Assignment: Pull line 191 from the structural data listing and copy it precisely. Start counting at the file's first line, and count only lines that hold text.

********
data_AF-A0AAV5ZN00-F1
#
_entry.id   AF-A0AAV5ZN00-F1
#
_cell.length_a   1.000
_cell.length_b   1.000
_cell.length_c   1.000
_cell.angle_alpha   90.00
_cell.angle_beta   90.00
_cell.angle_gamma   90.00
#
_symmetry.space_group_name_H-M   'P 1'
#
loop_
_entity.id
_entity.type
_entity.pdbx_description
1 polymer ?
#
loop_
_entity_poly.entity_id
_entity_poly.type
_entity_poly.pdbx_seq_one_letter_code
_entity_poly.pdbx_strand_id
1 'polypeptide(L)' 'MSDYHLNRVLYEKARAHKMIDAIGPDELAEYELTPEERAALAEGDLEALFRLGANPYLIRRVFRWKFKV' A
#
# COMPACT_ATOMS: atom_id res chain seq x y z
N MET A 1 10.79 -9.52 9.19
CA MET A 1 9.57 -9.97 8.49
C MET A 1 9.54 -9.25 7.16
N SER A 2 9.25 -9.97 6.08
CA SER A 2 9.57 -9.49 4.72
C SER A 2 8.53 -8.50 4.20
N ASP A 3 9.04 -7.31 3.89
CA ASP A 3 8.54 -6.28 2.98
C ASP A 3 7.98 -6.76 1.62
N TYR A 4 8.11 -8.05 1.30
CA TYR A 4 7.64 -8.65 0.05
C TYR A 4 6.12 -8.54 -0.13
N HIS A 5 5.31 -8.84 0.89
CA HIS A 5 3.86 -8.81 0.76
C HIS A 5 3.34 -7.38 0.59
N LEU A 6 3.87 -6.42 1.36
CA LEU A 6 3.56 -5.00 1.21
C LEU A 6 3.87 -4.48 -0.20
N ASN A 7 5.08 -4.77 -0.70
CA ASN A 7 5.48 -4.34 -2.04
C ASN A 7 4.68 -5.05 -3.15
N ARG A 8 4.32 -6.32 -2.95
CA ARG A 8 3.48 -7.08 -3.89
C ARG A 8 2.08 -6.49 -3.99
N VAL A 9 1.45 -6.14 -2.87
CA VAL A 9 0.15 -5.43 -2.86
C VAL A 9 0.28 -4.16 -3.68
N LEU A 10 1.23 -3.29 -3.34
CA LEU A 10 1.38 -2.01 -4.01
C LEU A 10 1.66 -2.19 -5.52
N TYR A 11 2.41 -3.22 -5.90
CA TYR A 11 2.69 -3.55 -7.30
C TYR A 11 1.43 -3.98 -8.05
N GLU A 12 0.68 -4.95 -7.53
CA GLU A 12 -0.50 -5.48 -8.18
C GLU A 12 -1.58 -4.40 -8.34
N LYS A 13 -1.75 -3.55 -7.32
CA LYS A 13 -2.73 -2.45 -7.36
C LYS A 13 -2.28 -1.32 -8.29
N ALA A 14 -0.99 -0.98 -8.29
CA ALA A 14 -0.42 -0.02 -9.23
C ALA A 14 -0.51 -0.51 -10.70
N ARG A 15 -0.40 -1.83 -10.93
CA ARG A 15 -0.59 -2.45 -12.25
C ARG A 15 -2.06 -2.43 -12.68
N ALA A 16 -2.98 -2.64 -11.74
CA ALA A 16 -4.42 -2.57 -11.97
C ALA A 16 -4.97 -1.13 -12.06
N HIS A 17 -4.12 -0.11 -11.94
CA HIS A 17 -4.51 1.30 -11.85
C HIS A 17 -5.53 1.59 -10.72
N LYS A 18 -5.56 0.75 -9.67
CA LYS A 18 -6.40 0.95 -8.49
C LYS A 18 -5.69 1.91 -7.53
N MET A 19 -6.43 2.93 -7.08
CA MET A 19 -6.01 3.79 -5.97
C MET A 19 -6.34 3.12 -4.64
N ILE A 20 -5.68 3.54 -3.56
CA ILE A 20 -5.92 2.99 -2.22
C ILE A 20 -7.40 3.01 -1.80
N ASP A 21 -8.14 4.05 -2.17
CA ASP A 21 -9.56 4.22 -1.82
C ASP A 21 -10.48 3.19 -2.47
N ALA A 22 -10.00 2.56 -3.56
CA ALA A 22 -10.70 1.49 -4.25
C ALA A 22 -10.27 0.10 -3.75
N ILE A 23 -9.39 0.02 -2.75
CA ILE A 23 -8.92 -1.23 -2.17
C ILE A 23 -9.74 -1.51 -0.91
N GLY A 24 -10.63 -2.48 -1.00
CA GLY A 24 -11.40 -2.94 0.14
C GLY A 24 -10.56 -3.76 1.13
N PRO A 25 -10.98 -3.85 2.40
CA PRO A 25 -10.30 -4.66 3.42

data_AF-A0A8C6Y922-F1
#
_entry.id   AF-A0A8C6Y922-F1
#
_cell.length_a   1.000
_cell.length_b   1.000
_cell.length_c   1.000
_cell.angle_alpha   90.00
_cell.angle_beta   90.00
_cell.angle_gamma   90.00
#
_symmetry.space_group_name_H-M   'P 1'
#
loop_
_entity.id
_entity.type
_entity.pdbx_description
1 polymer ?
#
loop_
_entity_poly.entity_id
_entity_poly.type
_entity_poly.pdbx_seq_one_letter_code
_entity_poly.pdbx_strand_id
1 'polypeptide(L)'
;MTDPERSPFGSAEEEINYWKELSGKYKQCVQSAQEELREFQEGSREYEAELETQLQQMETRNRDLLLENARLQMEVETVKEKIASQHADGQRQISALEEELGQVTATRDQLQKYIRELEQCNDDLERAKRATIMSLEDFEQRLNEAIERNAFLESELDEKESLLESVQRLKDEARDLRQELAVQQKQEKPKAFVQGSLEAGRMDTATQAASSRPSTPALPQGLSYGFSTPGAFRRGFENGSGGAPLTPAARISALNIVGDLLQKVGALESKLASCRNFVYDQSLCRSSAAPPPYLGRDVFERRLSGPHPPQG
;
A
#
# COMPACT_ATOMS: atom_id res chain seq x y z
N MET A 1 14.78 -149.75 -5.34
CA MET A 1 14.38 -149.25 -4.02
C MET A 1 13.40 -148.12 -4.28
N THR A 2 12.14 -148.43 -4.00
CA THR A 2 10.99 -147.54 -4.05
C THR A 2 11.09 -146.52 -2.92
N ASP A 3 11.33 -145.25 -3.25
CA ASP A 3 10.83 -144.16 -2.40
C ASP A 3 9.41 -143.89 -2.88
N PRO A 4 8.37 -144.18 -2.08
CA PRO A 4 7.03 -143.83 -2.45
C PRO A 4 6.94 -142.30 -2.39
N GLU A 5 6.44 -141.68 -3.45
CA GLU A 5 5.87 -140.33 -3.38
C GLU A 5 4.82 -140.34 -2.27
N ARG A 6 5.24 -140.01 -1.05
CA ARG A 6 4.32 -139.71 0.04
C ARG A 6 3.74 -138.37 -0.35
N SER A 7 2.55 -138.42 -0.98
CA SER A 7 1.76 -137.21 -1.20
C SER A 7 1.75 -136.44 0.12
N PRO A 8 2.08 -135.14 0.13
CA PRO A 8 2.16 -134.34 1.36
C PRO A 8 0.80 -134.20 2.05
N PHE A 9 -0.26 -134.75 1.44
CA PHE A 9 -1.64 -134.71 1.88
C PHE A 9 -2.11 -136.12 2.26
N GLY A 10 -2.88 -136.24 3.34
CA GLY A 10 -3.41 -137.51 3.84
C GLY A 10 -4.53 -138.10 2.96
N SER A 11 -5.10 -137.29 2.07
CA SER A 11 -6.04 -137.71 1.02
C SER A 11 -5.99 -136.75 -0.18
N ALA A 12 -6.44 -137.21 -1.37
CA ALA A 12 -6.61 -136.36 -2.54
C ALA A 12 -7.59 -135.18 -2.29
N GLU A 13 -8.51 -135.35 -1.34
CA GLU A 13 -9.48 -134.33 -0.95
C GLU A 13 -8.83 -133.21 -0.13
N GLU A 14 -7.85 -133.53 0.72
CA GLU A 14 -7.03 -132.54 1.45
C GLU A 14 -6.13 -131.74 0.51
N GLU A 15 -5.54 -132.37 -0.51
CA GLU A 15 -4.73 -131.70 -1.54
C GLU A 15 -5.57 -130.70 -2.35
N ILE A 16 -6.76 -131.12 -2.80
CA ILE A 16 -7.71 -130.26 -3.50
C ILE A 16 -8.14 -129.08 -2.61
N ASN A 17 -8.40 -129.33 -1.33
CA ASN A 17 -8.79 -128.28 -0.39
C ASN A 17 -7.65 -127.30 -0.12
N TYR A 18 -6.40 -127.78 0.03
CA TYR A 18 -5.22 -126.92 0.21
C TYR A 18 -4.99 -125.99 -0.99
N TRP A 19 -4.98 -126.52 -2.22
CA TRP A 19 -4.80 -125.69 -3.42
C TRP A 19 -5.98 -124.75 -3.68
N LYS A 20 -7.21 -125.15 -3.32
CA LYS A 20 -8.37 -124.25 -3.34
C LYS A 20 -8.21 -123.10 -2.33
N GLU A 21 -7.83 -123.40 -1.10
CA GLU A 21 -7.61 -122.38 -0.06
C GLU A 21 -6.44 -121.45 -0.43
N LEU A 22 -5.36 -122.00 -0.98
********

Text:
C LYS A 20 -8.21 -123.10 -2.33